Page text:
Northrop Grumman Station: with $125.6 million in funding, this station is a collaboration between Northrop Grumman, Dynetics, and other partners. Little is also known about its features, although Andrei Mitran mentioned a pressurized volume “in its initial configuration” of 140 cubic meters, designed to accommodate four astronauts, and the presence of three spacecraft docking ports. The station will be served by the Cygnus spacecraft, from Northrop Grumman. In a second phase, it may be expanded with the addition of larger, inflatable, touring modules. “The logic is to grow with the market.”
What about Europe?
It’s difficult to describe any European-based projects on the matter since at the moment there aren’t development plans for continental commercial stations that have been made public. Certainly, ESA’s focus on independent human access to space is significant. Europe at the moment seems more focused on its involvement in scientific activity in low orbit. As Kirsten MacDonell, leader of ESA’s research and payload group, stated during the SEE Lab meeting, “The goal,” she explained, “is to have an active science program by 2035, on Earth and in orbit, on the Moon and Mars.” Therefore seems that Europe is pragmatically focused on future collaborations aboard the Lunar Gateway and scientific horizons in deep space.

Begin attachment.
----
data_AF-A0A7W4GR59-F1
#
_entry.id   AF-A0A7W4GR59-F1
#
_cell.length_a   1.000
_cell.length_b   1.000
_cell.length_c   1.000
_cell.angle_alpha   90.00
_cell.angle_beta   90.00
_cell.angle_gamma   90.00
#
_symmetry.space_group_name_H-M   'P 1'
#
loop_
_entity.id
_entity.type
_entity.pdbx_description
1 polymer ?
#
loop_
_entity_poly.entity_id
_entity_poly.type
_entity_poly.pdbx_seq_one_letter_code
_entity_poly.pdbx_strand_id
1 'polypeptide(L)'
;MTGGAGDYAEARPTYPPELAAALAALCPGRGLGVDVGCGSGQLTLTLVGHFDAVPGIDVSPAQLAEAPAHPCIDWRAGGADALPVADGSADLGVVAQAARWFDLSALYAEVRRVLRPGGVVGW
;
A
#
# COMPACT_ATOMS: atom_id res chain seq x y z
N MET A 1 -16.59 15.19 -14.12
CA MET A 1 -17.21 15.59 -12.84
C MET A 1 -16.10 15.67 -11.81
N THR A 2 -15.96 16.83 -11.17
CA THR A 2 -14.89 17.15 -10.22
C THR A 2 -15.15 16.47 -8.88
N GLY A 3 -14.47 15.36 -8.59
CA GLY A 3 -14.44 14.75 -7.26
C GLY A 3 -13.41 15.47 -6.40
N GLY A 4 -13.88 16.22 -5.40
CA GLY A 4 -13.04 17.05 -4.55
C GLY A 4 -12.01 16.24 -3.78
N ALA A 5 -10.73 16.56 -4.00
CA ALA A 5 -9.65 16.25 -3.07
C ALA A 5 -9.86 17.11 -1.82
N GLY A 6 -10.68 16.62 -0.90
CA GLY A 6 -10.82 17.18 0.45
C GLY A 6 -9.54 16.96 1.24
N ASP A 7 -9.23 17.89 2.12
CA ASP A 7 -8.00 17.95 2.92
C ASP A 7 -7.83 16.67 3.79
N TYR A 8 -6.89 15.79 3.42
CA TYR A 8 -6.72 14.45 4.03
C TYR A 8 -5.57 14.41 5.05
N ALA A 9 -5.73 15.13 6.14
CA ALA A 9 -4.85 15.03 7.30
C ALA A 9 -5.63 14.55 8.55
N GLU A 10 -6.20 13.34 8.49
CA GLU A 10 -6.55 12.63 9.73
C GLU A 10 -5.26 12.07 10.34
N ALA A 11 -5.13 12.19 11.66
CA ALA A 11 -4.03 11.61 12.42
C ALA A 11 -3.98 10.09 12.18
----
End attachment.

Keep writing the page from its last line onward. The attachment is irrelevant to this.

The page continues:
The discussion regarding Europe’s investment in commercial space stations remains open though. “Because of economic and industrial competitiveness, ESA’s post-ISS plans must ensure that European space industries can compete in the growing low orbit market”, MacDonell said. Simonetta Di Pippo, former UNOOSA Director and now Director of the SEE Lab, is however very clear on this issue: “Space and its economy are no longer areas where we can wait; we must act, take calculated risks, and win games.”